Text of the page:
NPR Politics presents the Lunchbox List: our favorite campaign news and stories curated from NPR and around the Web in digestible bites (100 words or less!). Look for it every weekday afternoon from now until the conventions.

Convention Countdown

The Republican National Convention is in 4 days in Cleveland.

The Democratic National Convention is in 11 days in Philadelphia.

NASA has released the first picture of Jupiter taken since the Juno spacecraft went into orbit around the planet on July 4.

The picture was taken on July 10. Juno was 2.7 million miles from Jupiter at the time. The color image shows some of the atmospheric features of the planet, including the giant red spot. You can also see three of Jupiter's moons in the picture: Io, Europa and Ganymede.

The Senate is set to approve a bill intended to change the way police and health care workers treat people struggling with opioid addictions.

My husband and I once took great pleasure in preparing meals from scratch. We made pizza dough and sauce. We baked bread. We churned ice cream.

Then we became parents.

Now there are some weeks when pre-chopped veggies and a rotisserie chicken are the only things between us and five nights of Chipotle.

Parents are busy. For some of us, figuring out how to get dinner on the table is a daily struggle. So I reached out to food experts, parents and nutritionists for help. Here is some of their (and my) best advice for making weeknight meals happen.

"O Canada," the national anthem of our neighbors up north, comes in two official versions — English and French. They share a melody, but differ in meaning.

Let the record show: neither version of those lyrics contains the phrase "all lives matter."

But at the 2016 All-Star Game, the song got an unexpected edit.

At Petco Park in San Diego, one member of the Canadian singing group The Tenors — by himself, according to the other members of the group — revised the anthem.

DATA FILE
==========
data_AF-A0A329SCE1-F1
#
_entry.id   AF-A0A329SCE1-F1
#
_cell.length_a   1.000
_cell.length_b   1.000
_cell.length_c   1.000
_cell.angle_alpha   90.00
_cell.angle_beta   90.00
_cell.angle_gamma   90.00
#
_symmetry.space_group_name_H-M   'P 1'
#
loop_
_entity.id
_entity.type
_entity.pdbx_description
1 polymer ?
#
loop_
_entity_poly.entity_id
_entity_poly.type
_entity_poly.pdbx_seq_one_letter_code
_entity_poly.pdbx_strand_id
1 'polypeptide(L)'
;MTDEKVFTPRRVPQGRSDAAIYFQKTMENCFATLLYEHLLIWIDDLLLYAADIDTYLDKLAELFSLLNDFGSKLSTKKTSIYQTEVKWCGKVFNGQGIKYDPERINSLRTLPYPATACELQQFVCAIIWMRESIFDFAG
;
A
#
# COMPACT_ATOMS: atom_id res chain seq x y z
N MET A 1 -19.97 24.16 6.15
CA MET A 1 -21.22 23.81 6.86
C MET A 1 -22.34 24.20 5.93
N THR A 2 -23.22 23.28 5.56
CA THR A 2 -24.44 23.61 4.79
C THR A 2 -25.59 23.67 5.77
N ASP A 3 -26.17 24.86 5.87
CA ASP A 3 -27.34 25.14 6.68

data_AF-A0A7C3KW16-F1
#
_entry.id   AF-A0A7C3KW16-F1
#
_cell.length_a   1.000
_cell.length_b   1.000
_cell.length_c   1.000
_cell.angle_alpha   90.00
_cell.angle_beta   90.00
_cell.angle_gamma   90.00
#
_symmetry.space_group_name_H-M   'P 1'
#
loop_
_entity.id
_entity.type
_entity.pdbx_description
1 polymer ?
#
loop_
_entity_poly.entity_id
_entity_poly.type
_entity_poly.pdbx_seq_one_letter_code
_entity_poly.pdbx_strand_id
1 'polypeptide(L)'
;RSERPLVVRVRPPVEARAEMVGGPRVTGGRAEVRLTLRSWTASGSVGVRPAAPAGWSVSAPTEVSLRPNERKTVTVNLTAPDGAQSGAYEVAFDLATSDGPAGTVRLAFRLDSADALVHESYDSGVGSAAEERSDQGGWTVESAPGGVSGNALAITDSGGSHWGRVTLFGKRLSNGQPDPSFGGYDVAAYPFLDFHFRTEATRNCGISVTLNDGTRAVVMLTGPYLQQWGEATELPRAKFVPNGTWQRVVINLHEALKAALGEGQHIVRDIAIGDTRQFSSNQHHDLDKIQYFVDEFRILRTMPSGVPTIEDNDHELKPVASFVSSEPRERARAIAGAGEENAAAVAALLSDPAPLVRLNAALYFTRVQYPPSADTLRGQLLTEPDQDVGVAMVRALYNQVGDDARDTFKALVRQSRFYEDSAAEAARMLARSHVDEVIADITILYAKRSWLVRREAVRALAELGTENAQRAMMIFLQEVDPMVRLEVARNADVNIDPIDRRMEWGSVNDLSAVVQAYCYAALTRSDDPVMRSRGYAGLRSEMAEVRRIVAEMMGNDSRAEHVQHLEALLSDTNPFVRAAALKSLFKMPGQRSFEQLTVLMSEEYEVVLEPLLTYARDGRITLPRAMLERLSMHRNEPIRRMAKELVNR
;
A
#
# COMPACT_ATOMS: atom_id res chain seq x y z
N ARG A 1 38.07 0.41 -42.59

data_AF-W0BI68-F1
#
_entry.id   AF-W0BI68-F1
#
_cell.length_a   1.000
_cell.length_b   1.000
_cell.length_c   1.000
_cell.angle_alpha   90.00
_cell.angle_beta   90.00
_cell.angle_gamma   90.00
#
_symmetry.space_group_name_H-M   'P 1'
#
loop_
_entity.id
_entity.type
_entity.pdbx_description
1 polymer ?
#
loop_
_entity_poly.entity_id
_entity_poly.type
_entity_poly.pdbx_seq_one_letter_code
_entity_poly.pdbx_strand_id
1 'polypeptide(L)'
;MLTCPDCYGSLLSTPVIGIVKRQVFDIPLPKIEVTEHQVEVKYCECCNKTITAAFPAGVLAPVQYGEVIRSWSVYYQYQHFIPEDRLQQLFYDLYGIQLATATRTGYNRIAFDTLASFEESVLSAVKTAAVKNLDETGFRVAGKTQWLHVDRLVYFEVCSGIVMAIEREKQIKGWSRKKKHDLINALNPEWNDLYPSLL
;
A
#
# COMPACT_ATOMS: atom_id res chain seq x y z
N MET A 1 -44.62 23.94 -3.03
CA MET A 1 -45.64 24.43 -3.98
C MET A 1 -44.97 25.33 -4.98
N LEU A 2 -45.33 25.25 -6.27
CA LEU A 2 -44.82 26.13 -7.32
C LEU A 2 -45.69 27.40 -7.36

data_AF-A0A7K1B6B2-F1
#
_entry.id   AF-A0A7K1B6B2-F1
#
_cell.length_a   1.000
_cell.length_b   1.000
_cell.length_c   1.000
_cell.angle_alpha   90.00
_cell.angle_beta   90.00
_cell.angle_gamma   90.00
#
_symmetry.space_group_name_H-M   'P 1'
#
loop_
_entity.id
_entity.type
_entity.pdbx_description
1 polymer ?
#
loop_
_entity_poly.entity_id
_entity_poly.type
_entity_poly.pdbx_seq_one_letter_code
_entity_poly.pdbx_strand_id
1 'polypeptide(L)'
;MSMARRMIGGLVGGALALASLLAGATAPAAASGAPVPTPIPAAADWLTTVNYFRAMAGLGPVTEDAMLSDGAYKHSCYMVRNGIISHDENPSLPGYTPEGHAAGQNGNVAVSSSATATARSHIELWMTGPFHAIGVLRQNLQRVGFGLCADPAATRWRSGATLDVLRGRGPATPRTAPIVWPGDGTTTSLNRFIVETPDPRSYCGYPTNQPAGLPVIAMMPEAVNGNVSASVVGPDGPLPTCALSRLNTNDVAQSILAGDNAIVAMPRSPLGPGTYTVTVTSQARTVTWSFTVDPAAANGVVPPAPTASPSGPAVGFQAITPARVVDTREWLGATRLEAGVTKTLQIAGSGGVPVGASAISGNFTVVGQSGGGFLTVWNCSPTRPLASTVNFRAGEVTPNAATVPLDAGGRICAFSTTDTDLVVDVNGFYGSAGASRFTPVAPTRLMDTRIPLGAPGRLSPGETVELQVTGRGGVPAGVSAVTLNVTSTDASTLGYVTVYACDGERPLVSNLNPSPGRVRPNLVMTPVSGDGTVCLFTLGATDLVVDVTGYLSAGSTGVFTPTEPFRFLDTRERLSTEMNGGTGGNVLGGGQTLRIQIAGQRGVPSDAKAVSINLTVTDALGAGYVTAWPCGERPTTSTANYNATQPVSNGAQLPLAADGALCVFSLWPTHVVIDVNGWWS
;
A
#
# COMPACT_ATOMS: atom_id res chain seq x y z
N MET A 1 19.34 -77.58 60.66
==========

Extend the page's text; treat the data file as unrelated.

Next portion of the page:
School's out, and a lot of parents are getting through the long summer days with extra helpings of digital devices.

How should we feel about that?

Police in Baton Rouge say they have arrested three people who stole guns with the goal of killing police officers. They are still looking for a fourth suspect in the alleged plot, NPR's Greg Allen reports.

"Police say the thefts were at a Baton Rouge pawn shop early Saturday morning," Greg says. "One person was arrested at the scene. Since then, two others have been arrested and six of the eight stolen handguns have been recovered. Police are still looking for one other man."

A 13-year-old boy is among those arrested, Greg says.

Copyright 2016 NPR. To see more, visit

After an international tribunal invalidated Beijing's claims to the South China Sea, Chinese authorities have declared in no uncertain terms that they will be ignoring the ruling.

The Philippines brought the case to the Permanent Court of Arbitration in The Hague, objecting to China's claims to maritime rights in the disputed waters. The tribunal agreed that China had no legal authority to claim the waters and was infringing on the sovereign rights of the Philippines.

Donald Trump is firing back at Supreme Court Justice Ruth Bader Ginsburg after she disparaged him in several media interviews. He tweeted late Tuesday that she "has embarrassed all" with her "very dumb political statements" about the candidate. Trump ended his tweet with "Her mind is shot - resign!":


Is GOP Excitement Waning For V.P. Nominee Ryan?

Sep 25, 2012
Originally published on September 25, 2012 12:00 pm



If you live in Ohio, you probably feel like this national presidential campaign is focused exclusively on one state - yours. Certainly may feel that way this week. President Obama has released a new TV ad in Ohio and he'll be campaigning in the key battleground state later in the week.